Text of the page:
| USA TODAY
The next generation of NHL prospects will learn their teams Tuesday and Wednesday, but the coronavirus pandemic has changed the presentation.
Instead of having first-round draft picks walking across the stage in Montreal and put on their jerseys on a Friday night in late June, the event will be all-virtual with commissioner Gary Bettman and deputy commissioner Bill Daly working out of Secaucus, New Jersey. It will be held in the middle of the week for the first time since 1994.
With the salary cap flat next season because of uncertainty about when the 2020-21 season will start and whether fans can attend, there could be more trades than usual. But general managers will have to work the phones more because they won’t be seated next to one another to make trades easier.
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Everything to know about this year’s NHL draft:
Time, TV: The first round will begin Tuesday at 7 p.m. ET on NBCSN. The second through seventh rounds will start at 11:30 a.m. ET Wednesday on NHL Network.
Who’s on the clock? The New York Rangers have the first-overall pick after winning the second drawing of the draft lottery. The first drawing determined that a team that lost in the qualifying round would draft first.
Who are they expected to pick? Left wing Alexis Lafreniere, who had 112 points in 52 games for the Rimouski Oceanic of the Quebec Major Junior Hockey League. He was named MVP of the QMJHL the past two seasons and helped Canada win the world junior championships. He also was named the Canadian Hockey Leauge Player of the Year.
1. New York Rangers
2. Los Angeles Kings
3. Ottawa Senators (from San Jose)
4. Detroit Red Wings
5. Ottawa Senators
6. Anaheim Ducks
7. New Jersey Devils
8. Buffalo Sabres
9. Minnesota Wild
10. Winnipeg Jets
11. Nashville Predators
12. Florida Panthers
13. Carolina Hurricanes (from Toronto)
14. Edmonton Oilers
15. Toronto Maple Leafs (from Pittsburgh)
16. Montreal Canadiens
17. Chicago Blackhawks
18. New Jersey Devils (from Arizona)
19. Calgary Flames
20. New Jersey Devils (from Vancouver via Tampa Bay)
21. Columbus Blue Jackets
22. New York Rangers (from Carolina)
23. Philadelphia Flyers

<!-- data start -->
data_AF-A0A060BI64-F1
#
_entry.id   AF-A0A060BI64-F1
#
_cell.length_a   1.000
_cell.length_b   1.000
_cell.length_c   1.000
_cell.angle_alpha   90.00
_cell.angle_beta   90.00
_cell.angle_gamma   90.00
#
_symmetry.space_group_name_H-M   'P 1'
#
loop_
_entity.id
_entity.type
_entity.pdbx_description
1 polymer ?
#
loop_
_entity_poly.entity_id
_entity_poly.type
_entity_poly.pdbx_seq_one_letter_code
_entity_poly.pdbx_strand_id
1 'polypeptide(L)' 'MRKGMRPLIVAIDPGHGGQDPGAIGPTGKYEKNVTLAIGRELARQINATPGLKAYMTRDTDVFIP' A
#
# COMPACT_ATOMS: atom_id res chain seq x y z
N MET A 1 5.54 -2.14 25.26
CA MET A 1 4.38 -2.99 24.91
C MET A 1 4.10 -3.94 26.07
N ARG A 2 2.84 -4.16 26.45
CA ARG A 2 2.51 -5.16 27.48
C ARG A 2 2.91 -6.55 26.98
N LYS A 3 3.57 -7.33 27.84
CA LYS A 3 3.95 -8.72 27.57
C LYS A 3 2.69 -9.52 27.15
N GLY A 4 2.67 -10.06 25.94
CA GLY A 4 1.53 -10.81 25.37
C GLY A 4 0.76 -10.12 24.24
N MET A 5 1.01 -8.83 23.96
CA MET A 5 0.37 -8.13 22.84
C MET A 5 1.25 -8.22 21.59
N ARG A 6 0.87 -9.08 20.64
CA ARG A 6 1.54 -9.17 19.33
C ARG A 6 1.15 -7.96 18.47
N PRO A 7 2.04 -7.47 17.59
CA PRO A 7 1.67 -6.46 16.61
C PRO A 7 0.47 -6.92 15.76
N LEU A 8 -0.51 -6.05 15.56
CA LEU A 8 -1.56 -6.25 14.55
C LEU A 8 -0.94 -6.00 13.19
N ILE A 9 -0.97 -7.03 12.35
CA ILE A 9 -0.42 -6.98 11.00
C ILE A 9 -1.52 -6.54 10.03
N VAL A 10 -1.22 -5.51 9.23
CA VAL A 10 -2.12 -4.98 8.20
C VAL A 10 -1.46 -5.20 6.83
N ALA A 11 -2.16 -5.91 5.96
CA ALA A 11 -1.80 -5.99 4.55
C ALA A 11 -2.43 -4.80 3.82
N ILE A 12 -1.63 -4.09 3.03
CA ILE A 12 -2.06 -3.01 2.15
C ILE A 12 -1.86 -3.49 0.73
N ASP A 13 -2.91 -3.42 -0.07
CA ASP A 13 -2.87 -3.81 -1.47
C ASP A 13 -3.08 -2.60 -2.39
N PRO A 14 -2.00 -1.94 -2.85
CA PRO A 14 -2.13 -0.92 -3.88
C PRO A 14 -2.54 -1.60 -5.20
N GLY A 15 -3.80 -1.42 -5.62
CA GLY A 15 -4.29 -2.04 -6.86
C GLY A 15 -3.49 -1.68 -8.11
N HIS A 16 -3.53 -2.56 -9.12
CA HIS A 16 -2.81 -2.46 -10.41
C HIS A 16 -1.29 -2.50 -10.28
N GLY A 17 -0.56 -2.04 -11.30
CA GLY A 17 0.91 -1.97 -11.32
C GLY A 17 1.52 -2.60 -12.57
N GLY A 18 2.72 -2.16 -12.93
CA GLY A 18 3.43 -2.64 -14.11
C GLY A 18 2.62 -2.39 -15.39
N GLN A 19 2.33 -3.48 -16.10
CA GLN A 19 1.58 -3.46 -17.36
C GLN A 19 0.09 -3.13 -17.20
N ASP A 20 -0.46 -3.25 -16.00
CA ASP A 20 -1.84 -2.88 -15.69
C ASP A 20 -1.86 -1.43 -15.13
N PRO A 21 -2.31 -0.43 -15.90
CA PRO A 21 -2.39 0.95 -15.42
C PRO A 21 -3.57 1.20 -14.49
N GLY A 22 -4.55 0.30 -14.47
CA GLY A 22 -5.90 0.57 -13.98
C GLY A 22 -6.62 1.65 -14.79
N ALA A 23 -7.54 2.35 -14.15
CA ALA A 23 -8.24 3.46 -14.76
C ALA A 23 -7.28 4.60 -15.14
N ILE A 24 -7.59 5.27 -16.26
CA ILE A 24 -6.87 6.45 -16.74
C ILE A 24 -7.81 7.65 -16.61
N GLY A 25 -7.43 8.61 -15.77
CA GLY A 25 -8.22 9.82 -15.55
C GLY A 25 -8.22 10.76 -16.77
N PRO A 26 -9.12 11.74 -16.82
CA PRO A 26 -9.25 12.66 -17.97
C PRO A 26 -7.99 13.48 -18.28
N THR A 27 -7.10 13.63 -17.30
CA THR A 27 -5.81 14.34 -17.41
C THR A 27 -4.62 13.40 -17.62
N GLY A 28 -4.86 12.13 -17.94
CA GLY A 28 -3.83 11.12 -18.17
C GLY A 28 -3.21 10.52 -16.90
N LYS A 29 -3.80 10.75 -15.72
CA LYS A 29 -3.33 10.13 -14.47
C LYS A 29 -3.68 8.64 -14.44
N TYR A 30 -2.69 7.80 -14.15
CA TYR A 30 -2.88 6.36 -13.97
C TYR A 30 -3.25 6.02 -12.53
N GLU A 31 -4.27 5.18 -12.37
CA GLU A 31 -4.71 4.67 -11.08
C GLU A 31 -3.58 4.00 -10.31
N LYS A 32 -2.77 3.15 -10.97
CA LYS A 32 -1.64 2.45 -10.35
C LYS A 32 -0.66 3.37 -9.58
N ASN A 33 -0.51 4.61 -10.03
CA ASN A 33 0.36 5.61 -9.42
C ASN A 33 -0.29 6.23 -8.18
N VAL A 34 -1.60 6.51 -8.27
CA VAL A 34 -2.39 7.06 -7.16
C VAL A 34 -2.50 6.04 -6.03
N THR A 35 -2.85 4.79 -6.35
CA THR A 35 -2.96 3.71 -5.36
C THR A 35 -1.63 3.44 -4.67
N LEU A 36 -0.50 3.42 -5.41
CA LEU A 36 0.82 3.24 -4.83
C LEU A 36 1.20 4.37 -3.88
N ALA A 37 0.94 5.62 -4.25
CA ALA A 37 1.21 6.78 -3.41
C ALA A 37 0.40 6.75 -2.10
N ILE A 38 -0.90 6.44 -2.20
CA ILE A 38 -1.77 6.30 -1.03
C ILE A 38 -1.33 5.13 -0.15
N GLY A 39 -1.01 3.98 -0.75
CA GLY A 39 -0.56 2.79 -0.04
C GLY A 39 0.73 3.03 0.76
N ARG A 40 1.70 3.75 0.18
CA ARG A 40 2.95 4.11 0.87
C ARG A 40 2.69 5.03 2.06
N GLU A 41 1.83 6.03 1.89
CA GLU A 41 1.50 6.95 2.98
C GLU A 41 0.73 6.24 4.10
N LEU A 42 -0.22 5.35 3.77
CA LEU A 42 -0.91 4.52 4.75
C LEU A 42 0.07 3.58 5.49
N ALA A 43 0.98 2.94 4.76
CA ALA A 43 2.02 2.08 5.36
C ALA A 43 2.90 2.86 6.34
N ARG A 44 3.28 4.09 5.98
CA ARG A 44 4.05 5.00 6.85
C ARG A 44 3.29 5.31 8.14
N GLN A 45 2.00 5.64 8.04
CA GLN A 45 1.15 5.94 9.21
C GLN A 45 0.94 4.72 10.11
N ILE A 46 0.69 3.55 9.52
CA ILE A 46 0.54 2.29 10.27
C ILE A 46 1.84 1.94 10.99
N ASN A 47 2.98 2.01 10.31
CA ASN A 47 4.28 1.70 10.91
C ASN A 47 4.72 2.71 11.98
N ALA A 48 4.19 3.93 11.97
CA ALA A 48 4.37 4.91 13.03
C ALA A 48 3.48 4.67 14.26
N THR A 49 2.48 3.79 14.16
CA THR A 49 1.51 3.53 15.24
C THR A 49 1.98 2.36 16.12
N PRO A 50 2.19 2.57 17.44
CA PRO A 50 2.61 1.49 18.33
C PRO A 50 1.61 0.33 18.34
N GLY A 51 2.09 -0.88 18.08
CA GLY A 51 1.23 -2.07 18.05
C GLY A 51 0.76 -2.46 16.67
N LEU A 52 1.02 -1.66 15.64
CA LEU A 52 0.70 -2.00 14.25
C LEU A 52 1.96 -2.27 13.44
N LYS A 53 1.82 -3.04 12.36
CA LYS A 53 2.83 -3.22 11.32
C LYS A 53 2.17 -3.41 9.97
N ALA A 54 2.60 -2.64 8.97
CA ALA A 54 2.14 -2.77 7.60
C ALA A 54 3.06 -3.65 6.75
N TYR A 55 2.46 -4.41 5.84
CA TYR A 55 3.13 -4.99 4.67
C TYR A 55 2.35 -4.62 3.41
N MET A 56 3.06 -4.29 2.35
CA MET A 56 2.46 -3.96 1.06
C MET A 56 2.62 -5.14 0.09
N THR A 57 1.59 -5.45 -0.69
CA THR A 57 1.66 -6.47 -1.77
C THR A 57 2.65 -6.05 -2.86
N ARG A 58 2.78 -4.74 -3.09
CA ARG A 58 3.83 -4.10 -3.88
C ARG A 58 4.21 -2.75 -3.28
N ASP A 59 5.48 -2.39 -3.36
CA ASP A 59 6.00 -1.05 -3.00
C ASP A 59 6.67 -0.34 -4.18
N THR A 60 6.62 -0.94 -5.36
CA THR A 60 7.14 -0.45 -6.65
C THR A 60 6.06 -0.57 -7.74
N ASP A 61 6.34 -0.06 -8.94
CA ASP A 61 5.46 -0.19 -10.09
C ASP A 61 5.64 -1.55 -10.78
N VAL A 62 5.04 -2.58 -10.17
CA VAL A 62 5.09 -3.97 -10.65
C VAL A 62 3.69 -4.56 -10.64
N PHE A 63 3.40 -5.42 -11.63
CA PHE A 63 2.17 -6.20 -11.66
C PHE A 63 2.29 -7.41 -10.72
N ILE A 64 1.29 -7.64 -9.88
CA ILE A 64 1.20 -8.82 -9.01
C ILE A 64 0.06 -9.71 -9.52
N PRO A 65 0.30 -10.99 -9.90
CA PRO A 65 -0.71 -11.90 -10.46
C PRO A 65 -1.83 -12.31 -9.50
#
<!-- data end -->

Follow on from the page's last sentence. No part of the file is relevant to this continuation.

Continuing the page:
24. Washington Capitals
25. Colorado Avalanche
26. St. Louis Blues
27. Anaheim Ducks (from Boston)
28. Ottawa Senators (from N.Y. Islanders)
29. Vegas Golden Knights
30. Dallas Stars
31. San Jose Sharks (from Tampa Bay)
-Sudbury (Ontario) Wolves center Quinton Byfield, the second-ranked North American skater, could become the highest-drafted Black player. Evander Kane (2009) and Seth Jones (2013) were taken fourth overall.
-The top-ranked international prospect is Tim Stutzle. Like Hart Trophy winner Leon Draisaitl, he is from Germany. Also like Draisaitl (third overall in 2014), he is expected to go high in the first round.
-The top-ranked defenseman is the Erie (Pennsylvania) Otters’ Jamie Drysdale, who plays well in both ends of the ice and had 47 points in 49 games last season.
-The Arizona Coyotes won’t pick until the fourth round. They traded their first-rounder (for Taylor Hall) and third-rounder (for Carl Soderberg). Their second-rounder was forfeited because of an NHL sanction for violating the league’s combine testing policy. Also, newly hired GM Bill Armstrong can’t take part because he had prepped for the draft in his recent job as St. Louis Blues assistant general manager.
-The Senators have the most selections with 12, including three first-rounders (two in the first five picks). The Coyotes, Jets and Penguins have the fewest with four.
-Defenseman Jake Sanderson is projected to be the first American taken. The No. 4-ranked North American prospect is the son of two-time NHL All-Star Geoff Sanderson.
-Stanley Cup winners Kris Draper (Kienan), Jamie Langenbrunner (Mason), Brian Rolston (Ryder) and Doug Weight (Danny) have sons eligible for draft. So do NBC analyst Pierre McGuire (Ryan) and agent Pat Brisson (Brendan).